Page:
Your journey to law school begins at the University of Central Missouri. While UCM does not have a law or pre-law degree, our pre-law pathway delivers the education you need to excel. Choose an undergraduate degree that best supports your career plans and enjoy more affordable tuition rates and smaller class sizes than at larger schools. The personal interaction with UCM faculty who hold Juris Doctor law degrees offers you tremendous value and is just one of the many reasons alumni rank us among the best schools for pre-law.
Our partnership with the University of Missouri helps ensure your acceptance and seamless transfer to University of Missouri — Columbia and the University of Missouri — Kansas City. Following our 3+3 program, you can complete your education — bachelor’s degree at UCM and Juris Doctor degree at either of these schools — in six years.
Though you are not required to choose any specific undergraduate major for acceptance into law school, many UCM students who have gone on to success in law school have chosen one of the following undergraduate majors:
Options to meet pre-law requirements
LSAT prep assistance and practice
Preferred admit to Mizzou law schools
Advice of UCM staff with JD degrees
Ranked #2 in Missouri for mock trial
Active Pre-Law Student Association
At the University of Central Missouri, we know the best schools for pre-law prepare you with various hands-on experiences, as well as beneficial programs and resources. At UCM, these include:
The Pre-Law Student Association is a longstanding organization at UCM that brings together students from different disciplines who are interested in attending law school. Members of the organization typically meet twice a month to discuss a wide array of issues associated with the law. The PLSA organization takes field trips, including to MINK Law Day each September, invites law school admissions counselors to campus, visits law schools, meets judges of the Western District Court of Appeals each fall when they hear “live” cases on campus, and introduces speakers during Politics and Social Justice Week. The organization also has tremendous resources to assist students in preparing for the LSAT and it periodically administers practice LSAT exams. Students interested in pursuing a law degree are strongly encouraged to join the Pre-Law Student Association!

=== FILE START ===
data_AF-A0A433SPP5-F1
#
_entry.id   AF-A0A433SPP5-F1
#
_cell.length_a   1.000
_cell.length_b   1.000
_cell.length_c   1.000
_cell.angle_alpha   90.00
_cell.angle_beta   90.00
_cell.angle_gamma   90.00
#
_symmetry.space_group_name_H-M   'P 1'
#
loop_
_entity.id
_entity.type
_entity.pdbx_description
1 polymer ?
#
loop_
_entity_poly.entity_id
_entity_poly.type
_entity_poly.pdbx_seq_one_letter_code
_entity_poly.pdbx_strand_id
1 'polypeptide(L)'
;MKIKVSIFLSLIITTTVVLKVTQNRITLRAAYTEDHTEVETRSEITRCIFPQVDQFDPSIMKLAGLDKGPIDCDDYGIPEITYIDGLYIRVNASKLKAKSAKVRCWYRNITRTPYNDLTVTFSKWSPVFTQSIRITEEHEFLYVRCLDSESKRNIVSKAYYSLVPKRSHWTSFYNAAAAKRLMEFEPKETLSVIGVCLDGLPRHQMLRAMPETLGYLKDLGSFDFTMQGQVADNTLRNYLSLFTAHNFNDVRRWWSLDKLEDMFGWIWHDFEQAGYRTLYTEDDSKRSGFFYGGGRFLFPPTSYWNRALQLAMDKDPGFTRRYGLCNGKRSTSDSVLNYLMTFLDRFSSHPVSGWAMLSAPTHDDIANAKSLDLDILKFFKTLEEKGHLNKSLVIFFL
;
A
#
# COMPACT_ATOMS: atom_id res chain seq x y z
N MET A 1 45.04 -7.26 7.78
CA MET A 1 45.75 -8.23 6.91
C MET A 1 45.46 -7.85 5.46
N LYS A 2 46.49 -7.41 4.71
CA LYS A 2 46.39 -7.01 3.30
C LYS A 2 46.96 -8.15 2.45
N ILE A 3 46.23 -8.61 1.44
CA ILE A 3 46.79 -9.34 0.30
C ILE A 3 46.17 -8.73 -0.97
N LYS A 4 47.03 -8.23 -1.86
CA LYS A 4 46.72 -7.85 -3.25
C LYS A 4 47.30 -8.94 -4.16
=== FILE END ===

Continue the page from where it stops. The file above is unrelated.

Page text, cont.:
Mock Trial is a total immersion, communication skills activity, which gives students the opportunity to learn and practice trial advocacy skills. Students from all academic departments can participate and do so by competing in invitational, regional and national tournaments. Students work with Adam Sommer, a local attorney and the Mock Trial Coach, in small workshop groups, combining knowledge of the law with advocacy skills. The training focuses on developing strategic, coherent case theories; preparing and delivering persuasive opening statements and closing arguments; and conducting clear, effective witness examinations. Students learn a variety of trial techniques, and utilize demonstrative aids and exhibits in a trial setting. Students become acquainted with and apply the Federal Rules of Evidence and Rules of Civil and Criminal Procedure. Most important, students build confidence in their abilities and eventually become thoughtful, credible, and quality advocates. UCM’s Mock Trial program has had considerable success over the years, earning many bids to the national tournament. Students interested in joining Mock Trial can contact Adam Sommer at firstname.lastname@example.org.